Stuck on the side of the road and waiting for a tow truck, can be a frustrating and dangerous place to be. Now the city of Fort Worth has passed a towing ordinance to speed up the process, using some new technology.
The idea is to start using an app where Fort Worth police could send an alert from a crash scene for the closest tow truck to respond. Austin moved to the system two years ago and cut response times in half.
But local tow companies said it's not that simple. They're now working with the city on their own solution.
"I've been here probably a little over an hour," said Pamela Anderson. She was involved in an accident off the I-35 W frontage road Wednesday night.
Beard's towing only got the call after Anderson waited 40 minutes. That lag in between is something the city wants to fix.
"Being a female and having to be stranded on the side of the road, waiting on a tow truck is not something that's desirable at all," Anderson said.
Beard's is part of the Fort Worth Area Towing Alliance that's now working with city leaders on a more efficient system.
"We want to improve on response times on getting on scene," said James Bennett Jr., owner of Beard’s Towing.
Beard's already uses a GPS system to track its wreckers.
"It'll tell the truck's location and we're already able to send the closest truck to whatever call comes in," said Bennett.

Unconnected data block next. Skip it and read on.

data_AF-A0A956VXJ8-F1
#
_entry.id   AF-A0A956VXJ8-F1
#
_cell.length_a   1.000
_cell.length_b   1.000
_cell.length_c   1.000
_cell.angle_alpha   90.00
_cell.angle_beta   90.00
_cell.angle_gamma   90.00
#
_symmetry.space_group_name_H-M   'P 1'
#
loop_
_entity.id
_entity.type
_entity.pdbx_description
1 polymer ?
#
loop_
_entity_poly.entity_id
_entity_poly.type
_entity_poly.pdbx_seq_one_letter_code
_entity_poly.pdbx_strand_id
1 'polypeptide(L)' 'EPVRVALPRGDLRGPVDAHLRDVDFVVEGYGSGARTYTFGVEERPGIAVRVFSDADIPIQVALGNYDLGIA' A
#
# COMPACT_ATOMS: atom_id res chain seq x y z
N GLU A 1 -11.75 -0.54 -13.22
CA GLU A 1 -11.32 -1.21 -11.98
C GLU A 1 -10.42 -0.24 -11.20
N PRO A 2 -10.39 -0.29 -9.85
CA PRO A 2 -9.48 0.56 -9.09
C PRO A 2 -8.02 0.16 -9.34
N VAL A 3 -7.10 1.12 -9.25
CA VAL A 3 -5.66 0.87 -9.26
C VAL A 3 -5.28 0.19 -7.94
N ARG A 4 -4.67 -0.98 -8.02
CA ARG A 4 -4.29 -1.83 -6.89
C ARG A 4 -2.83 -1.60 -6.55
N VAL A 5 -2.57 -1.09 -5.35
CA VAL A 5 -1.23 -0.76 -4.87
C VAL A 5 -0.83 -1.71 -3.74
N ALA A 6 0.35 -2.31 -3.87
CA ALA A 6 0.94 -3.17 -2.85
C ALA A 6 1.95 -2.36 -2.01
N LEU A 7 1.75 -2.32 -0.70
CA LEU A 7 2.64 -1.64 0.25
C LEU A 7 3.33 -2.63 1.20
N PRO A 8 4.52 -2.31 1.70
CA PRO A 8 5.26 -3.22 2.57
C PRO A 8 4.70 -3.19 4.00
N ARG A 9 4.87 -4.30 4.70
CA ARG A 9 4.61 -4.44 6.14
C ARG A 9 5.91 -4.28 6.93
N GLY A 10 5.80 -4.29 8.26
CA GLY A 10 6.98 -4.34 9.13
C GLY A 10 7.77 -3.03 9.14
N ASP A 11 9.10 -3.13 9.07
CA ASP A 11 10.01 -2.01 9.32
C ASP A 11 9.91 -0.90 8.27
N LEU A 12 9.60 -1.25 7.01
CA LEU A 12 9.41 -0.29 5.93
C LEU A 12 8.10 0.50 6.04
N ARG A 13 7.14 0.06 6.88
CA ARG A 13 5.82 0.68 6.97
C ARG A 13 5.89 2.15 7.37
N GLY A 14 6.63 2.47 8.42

Now the city wants all 22 tow companies it works with on one central GPS that customers could track through an app, with a third party dispatching the calls instead of tying up police dispatch resources.
"Our main concern with a third party vendor that would be dispatching our trucks is the liability," Bennett said.
Plus, the Alliance worries an outside company would change the current system where tow trucks are staged in zones around the city and answer calls on a rotation.
Without those rules, wreckers might race to be closest to a scene when they hear a scanner call for an accident.
"Racing to a scene, and racing other wrecker companies, that's not the safest way to do it," Bennett said. "You want to clean the accident, you don't want to be a part of it."
Companies in the Tow Alliance are feeling much better after a meeting with Mayor Betsy Price and other city leaders Wednesday afternoon, where they agreed the Alliance could enter its own bid to manage the new system, meaning they could pool together to dispatch their own trucks through an app.